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United States v. Harris

United States Court of Appeals, Second Circuit

September 22, 2016

United States of America, Appellee,
Troy Harris, AKA Gunny, Defendant-Appellant, Tracy Harris, AKA Shorty, AKA Tray, Yvonne Daniels, AKA Zip, Samuel Henley, AKA Pop, AKA Sam, William Cole, AKA Will, Michael Chaney, AKA Mike, AKA Mick, James Broadway, AKA Pork, Claude Davis, AKA Cahuna, Bobby Wainwright, Sharieff Grant, Louis Nieves, AKA Louis Ramos, Karen Martinez, AKA Jazz Torres, Tony McAfee, AKA TR, AKA LT, and Lorraine Garcia, AKA Chula, Defendants.

          Argued: August 29, 2016.

         On appeal from a judgment of the United States District Court for the Southern District of New York (Preska, C.J.) revoking supervised release, defendant challenges (1) the district court's statutory authority under 18 U.S.C. § 3583(e) to revoke supervision based on conduct that had already prompted a modification in the conditions of his supervision; and (2) its decision, pursuant to Fed. R. Crim. P. 32.1(b)(2)(C), to consider victim hearsay statements in adjudicating a violation charge of new criminal conduct.

          Matthew W. Brissenden, Matthew W. Brissenden, P.C., Garden City, New York, for Defendant-Appellant.

          Jennifer L. Gachiri, Assistant United States Attorney (Thomas McKay, Karl N. Metzner, Assistant United States Attorneys, on the brief), for Preet Bharara, United States Attorney for the Southern District of New York, New York, New York, for Appellee.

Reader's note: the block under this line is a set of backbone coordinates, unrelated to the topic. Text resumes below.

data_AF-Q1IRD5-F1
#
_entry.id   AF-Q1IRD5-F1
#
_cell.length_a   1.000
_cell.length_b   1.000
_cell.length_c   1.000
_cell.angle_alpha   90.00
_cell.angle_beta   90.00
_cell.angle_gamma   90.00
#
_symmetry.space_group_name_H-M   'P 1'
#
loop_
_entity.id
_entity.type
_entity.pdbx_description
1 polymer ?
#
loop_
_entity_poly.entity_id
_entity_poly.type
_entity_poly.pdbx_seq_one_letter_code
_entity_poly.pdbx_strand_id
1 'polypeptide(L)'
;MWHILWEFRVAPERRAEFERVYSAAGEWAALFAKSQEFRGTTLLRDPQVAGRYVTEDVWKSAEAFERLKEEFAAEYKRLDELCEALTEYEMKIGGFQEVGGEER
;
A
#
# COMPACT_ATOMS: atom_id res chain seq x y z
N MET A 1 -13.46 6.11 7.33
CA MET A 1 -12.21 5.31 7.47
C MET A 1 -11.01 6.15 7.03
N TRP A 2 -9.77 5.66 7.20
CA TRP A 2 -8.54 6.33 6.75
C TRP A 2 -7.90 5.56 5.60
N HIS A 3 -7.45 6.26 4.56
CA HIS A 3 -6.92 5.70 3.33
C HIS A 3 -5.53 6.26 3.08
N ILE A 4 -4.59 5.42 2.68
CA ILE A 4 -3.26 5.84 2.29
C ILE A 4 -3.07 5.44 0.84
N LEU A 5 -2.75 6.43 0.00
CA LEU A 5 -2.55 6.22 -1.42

Before: Newman, Calabresi, Raggi, Circuit Judges.

          Reena Raggi, Circuit Judge:

         Following a guilty plea, defendant Troy Harris was convicted in 2001 in the United States District Court for the Southern District of New York (Robert P. Patterson, Judge) of conspiracy to traffic in narcotics, see 21 U.S.C. §§ 841(b)(1)(A), 846, for which crime he was sentenced to 188 months' imprisonment and five years' supervised release. See United States v. Harris, No. 00-CR-00105 (RPP) (S.D.N.Y. Feb. 14, 2001), ECF No. 191.[1] Harris now appeals from a judgment of the same court (Loretta A. Preska, Chief Judge) entered on May 14, 2015, revoking his supervised release and imposing an additional prison term of 27 months based on a finding that he had engaged in new criminal conduct while on federal supervision, specifically, assault, as proscribed by New York Penal Law § 120.00(1), and narcotics distribution, in violation of New York Penal Law § 220.39. Harris challenges both grounds for revocation.

         As to narcotics trafficking, Harris does not dispute the alleged conduct. Instead, for the first time on appeal, he challenges the district court's statutory authority to revoke supervision based on conduct that had already prompted it to modify the terms of his supervision. Harris argues that 18 U.S.C. § 3583(e) confers modification and revocation authority in the disjunctive, so that once a court exercises one (here, modification) in response to particular conduct, it cannot exercise the other (revocation) with respect to that same conduct.

         As to assault, Harris argues that the district court impermissibly considered victim hearsay in making its preponderance finding that he engaged in such new criminal conduct while on federal supervision.

         Because we conclude that both arguments fail on the merits, we affirm the challenged revocation judgment.

         I. Background

         Harris began serving the five-year supervision component of his 2001 federal sentence on March 18, 2011. That supervision was subject to certain conditions, three of which are relevant here: that Harris (1) not commit another federal, state, or local crime; (2) truthfully answer all probation inquiries; and (3) notify his probation officer ten days prior to any change in residence.

         A. Initial Noncompliance Report: Assault